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dragoman

[drag-uh-muh n] /ˈdræg ə mən/
noun, plural dragomans, dragomen.
1.
(in the Near East) a professional interpreter.
Origin
1300-1350
1300-50; < French; replacing Middle English drogman interpreter < Middle French drog(o)man, dragoman < Medieval Greek drago(u)mános < Semitic; compare Arabic tarjumān, Akkadian targumannu
Related forms
dragomanic
[drag-uh-man-ik] /ˌdræg əˈmæn ɪk/ (Show IPA),
dragomanish, adjective
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Based on the Random House Dictionary, © Random House, Inc. 2014.
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British Dictionary definitions for dragomanic

dragoman

/ˈdræɡəʊmən/
noun (pl) -mans, -men
1.
(in some Middle Eastern countries, esp formerly) a professional interpreter or guide
Word Origin
C14: from French, from Italian dragomano, from Medieval Greek dragoumanos, from Arabic targumān an interpreter, from Aramaic tūrgemānā, of Akkadian origin
Collins English Dictionary - Complete & Unabridged 2012 Digital Edition
© William Collins Sons & Co. Ltd. 1979, 1986 © HarperCollins
Publishers 1998, 2000, 2003, 2005, 2006, 2007, 2009, 2012
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Word Origin and History for dragomanic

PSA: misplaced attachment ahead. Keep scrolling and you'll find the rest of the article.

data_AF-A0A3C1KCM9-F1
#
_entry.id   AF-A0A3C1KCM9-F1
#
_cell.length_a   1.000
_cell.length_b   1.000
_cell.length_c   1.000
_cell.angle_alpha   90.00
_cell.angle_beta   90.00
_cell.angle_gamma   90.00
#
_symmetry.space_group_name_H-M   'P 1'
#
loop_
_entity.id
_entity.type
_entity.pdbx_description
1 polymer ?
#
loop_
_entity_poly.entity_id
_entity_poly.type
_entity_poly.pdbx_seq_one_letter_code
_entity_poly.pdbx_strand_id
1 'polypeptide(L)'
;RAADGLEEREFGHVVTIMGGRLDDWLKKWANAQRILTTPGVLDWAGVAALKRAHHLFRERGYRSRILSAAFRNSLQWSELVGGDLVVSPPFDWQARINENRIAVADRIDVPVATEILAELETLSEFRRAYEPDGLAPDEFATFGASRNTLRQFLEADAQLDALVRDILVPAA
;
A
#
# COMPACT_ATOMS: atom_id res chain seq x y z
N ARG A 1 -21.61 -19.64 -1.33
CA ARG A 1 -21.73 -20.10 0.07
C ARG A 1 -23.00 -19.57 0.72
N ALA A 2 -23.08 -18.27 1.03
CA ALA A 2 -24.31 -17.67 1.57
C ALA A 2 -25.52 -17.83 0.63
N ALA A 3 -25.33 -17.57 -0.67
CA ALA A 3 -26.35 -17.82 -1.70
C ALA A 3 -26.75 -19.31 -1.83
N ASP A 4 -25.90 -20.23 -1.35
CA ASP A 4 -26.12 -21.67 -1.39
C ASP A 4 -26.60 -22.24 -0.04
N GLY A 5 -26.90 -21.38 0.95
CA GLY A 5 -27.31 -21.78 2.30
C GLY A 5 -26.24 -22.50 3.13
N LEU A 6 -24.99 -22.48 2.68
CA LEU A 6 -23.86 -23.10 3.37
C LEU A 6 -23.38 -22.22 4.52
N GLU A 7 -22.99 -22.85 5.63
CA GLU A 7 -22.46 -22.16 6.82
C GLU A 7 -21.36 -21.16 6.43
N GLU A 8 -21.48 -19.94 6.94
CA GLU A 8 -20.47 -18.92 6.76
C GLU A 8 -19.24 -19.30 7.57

dragoman

n.

early 14c., from Old French drugemen, from late Greek dragoumanos, from Arabic targuman "interpreter," from targama "interpret." Treated in English as a compound, with plural -men.

Online Etymology Dictionary, © 2010 Douglas Harper
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Encyclopedia Article for dragomanic

dragoman

official interpreter in countries where Arabic, Turkish, and Persian are spoken. Originally the term applied to any intermediary between Europeans and Middle Easterners, whether as a hotel tout or as a traveller's guide, but there developed the official dragomans of foreign ministries and embassies, whose functions at one time included the conduct of important political negotiations. In the latter sense the dragoman has, essentially, ceased to exist, especially since the passing of the Ottoman Empire, although in the latter part of the 20th century many embassies in the Arab world still employed an interpreter-courier known as a kavass (Turkish kavas; Arabic qawwas), used largely for ceremonial purposes.

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Encyclopedia Britannica, 2008. Encyclopedia Britannica Online.
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